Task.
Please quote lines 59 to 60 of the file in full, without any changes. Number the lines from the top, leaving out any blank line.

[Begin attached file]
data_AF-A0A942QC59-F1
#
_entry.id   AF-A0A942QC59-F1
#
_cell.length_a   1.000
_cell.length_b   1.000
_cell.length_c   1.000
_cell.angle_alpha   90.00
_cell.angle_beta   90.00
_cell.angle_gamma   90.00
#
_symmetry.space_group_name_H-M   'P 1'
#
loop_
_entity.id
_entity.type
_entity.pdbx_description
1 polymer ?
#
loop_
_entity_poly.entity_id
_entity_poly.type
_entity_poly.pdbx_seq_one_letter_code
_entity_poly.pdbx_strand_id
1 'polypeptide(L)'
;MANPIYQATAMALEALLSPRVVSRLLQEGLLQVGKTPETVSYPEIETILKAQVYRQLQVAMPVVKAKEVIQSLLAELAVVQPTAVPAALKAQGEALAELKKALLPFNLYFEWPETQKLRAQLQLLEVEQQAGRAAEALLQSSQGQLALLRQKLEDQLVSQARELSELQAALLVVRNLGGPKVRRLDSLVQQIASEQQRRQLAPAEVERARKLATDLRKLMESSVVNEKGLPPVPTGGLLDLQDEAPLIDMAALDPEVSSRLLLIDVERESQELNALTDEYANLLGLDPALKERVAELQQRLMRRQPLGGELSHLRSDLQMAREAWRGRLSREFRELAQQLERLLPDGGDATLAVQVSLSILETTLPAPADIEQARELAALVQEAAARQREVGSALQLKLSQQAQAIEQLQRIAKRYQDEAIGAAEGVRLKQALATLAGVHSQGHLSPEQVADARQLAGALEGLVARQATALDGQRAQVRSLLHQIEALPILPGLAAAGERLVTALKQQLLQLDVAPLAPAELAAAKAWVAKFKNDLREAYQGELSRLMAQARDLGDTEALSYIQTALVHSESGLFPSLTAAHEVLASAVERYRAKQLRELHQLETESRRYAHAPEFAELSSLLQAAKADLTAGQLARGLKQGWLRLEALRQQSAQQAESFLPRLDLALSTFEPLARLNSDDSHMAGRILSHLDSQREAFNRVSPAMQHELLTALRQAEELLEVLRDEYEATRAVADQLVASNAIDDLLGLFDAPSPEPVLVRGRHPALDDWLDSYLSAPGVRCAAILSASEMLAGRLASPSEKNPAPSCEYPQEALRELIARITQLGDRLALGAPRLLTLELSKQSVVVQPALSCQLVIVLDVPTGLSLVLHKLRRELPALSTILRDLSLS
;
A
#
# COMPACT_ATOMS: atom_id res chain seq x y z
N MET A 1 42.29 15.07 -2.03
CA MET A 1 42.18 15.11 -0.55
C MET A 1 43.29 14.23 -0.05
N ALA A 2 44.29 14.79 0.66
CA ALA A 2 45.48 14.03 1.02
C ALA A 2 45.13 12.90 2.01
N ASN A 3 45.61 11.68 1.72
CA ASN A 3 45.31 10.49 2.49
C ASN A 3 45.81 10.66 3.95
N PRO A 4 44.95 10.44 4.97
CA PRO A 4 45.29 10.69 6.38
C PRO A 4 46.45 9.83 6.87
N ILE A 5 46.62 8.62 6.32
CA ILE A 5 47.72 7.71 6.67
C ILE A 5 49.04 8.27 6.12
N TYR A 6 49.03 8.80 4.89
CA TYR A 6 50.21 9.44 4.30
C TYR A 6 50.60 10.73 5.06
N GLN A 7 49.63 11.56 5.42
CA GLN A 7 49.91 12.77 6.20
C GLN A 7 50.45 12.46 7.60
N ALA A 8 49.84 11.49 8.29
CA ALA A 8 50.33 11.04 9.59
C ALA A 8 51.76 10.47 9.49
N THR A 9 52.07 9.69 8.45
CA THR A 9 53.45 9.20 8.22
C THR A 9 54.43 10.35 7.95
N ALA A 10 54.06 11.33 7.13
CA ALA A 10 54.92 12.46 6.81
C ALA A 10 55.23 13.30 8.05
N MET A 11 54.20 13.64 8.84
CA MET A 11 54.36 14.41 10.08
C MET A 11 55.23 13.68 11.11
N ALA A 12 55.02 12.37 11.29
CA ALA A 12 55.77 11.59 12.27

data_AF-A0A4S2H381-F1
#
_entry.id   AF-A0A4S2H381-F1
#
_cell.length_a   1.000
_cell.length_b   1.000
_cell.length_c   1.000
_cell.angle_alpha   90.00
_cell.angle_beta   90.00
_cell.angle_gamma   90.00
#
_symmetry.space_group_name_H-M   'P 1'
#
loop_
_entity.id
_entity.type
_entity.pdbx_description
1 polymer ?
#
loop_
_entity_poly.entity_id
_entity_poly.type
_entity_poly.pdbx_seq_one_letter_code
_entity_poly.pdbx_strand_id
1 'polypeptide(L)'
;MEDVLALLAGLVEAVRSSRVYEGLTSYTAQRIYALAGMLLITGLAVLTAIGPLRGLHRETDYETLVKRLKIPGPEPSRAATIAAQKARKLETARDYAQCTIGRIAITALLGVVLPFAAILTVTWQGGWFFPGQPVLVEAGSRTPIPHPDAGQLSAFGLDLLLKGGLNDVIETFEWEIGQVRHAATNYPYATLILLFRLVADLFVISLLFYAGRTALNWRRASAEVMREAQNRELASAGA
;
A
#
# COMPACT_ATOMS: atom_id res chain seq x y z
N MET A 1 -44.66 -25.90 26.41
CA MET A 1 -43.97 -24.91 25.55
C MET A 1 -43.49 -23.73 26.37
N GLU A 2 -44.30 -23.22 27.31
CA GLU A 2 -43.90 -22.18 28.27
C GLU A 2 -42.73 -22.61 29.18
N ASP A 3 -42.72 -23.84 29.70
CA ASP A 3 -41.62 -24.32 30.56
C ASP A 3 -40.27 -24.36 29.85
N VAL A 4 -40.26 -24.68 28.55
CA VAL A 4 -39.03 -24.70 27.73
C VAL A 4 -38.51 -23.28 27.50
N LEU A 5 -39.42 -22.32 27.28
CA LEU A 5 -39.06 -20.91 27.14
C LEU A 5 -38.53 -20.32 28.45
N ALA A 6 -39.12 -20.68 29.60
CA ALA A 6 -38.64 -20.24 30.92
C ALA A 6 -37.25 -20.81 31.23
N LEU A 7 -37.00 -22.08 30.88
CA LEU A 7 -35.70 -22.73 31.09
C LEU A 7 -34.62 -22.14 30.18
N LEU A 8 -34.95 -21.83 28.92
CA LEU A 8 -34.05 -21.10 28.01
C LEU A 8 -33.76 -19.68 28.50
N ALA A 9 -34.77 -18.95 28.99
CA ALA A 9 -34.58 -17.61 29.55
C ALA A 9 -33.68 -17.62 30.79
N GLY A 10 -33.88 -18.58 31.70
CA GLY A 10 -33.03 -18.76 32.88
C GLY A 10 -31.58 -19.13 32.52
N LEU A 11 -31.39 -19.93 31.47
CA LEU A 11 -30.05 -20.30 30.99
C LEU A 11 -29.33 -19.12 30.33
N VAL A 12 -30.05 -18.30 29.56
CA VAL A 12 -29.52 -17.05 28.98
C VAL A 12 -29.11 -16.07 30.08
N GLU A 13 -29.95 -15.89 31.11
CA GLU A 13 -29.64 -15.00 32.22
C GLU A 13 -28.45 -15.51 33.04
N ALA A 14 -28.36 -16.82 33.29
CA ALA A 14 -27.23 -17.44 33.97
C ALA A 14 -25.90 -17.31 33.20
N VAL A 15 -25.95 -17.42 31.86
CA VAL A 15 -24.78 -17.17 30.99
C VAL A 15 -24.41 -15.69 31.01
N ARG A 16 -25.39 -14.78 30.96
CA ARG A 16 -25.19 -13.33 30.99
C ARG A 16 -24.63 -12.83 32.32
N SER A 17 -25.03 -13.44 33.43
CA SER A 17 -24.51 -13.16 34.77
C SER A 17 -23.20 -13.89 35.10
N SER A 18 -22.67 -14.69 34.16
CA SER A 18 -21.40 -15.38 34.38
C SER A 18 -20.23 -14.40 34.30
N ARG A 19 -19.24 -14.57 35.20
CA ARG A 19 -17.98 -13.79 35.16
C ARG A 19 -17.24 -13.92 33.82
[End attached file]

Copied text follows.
CA ALA A 10 54.92 12.46 6.81
C ALA A 10 55.23 13.30 8.05